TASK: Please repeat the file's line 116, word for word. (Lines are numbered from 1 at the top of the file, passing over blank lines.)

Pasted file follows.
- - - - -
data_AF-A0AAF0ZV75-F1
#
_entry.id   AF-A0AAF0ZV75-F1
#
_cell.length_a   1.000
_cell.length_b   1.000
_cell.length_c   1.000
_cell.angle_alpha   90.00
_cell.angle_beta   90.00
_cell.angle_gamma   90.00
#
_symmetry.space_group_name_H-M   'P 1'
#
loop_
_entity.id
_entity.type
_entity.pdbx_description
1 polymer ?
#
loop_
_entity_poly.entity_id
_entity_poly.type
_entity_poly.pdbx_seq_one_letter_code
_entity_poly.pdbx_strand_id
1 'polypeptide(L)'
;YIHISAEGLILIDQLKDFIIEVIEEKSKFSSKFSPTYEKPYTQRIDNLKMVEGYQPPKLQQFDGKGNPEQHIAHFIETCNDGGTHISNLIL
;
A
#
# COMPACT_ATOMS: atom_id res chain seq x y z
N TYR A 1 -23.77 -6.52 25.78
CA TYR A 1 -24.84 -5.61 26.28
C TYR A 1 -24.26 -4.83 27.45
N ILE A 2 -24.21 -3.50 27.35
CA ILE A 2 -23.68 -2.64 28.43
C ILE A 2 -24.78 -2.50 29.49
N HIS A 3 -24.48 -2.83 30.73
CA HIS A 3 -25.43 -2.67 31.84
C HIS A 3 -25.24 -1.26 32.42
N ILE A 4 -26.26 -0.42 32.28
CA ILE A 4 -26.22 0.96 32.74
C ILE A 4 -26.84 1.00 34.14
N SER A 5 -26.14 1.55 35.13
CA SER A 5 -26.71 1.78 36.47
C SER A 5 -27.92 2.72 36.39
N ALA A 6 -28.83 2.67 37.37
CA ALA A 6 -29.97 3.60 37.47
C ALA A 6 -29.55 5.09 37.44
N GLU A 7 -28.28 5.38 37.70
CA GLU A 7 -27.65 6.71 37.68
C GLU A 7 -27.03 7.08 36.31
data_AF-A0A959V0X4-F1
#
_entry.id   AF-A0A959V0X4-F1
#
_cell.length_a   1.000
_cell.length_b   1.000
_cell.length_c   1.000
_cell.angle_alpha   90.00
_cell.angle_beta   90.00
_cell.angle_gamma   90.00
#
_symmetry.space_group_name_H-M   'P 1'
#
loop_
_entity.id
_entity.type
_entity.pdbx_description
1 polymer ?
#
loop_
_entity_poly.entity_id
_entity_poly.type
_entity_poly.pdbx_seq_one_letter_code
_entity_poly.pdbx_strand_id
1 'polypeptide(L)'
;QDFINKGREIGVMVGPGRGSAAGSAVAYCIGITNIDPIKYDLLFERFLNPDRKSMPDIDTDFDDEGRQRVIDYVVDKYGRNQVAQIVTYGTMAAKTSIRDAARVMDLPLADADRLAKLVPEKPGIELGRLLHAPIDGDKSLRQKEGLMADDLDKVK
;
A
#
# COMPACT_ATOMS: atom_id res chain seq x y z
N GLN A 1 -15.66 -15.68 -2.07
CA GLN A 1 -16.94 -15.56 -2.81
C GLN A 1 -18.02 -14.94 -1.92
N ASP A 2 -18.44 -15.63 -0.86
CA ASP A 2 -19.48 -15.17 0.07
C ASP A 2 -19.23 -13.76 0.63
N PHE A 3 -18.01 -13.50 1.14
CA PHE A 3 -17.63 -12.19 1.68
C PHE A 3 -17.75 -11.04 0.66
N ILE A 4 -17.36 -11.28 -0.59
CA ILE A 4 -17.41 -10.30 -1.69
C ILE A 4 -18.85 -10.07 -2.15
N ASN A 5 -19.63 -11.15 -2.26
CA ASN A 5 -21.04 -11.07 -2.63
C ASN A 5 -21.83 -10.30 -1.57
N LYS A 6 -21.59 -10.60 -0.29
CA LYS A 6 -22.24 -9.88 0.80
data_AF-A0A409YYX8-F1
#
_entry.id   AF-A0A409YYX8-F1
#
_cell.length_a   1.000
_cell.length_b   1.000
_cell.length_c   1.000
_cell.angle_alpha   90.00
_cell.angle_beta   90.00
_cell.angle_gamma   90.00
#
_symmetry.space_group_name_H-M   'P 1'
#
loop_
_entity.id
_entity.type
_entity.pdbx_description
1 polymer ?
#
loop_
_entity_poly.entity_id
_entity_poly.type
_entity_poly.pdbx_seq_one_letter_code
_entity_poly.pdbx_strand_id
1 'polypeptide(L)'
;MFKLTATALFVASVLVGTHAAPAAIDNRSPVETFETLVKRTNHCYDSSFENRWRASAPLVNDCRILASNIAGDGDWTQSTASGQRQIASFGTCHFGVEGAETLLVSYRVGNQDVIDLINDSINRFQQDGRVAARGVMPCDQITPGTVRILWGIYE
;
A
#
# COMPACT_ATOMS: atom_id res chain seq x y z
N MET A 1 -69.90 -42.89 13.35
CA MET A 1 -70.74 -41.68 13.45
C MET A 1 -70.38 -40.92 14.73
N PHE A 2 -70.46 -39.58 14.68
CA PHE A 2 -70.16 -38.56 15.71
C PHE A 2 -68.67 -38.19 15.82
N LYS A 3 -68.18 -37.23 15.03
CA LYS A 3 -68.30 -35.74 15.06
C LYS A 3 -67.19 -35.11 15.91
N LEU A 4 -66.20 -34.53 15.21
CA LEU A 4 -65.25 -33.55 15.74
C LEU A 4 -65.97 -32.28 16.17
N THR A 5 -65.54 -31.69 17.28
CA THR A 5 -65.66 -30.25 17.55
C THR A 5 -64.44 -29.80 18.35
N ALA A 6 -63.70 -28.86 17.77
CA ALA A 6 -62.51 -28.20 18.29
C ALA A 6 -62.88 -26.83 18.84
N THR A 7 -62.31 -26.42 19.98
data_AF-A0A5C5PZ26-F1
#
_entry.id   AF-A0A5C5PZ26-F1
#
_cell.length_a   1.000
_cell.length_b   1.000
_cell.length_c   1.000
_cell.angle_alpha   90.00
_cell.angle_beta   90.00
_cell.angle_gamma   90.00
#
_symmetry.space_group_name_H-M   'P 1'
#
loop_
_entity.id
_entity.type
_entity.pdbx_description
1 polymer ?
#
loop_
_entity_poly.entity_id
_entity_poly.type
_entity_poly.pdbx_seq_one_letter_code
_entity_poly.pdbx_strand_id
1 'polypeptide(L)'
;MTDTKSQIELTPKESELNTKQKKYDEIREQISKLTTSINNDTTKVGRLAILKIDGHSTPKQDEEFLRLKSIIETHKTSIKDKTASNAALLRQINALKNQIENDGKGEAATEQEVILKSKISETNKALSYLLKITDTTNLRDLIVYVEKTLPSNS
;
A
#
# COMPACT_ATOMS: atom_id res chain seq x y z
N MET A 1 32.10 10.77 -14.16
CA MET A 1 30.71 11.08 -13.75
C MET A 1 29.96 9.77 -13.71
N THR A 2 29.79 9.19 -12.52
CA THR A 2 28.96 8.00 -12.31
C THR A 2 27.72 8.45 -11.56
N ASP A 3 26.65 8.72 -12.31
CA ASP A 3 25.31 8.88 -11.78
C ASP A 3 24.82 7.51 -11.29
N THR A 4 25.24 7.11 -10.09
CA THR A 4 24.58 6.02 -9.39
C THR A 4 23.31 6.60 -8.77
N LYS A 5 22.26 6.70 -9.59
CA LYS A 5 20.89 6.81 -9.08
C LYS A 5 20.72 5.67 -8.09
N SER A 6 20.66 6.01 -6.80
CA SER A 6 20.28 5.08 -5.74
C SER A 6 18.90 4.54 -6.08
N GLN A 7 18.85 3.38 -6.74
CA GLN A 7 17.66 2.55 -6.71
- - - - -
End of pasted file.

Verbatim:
1 polymer ?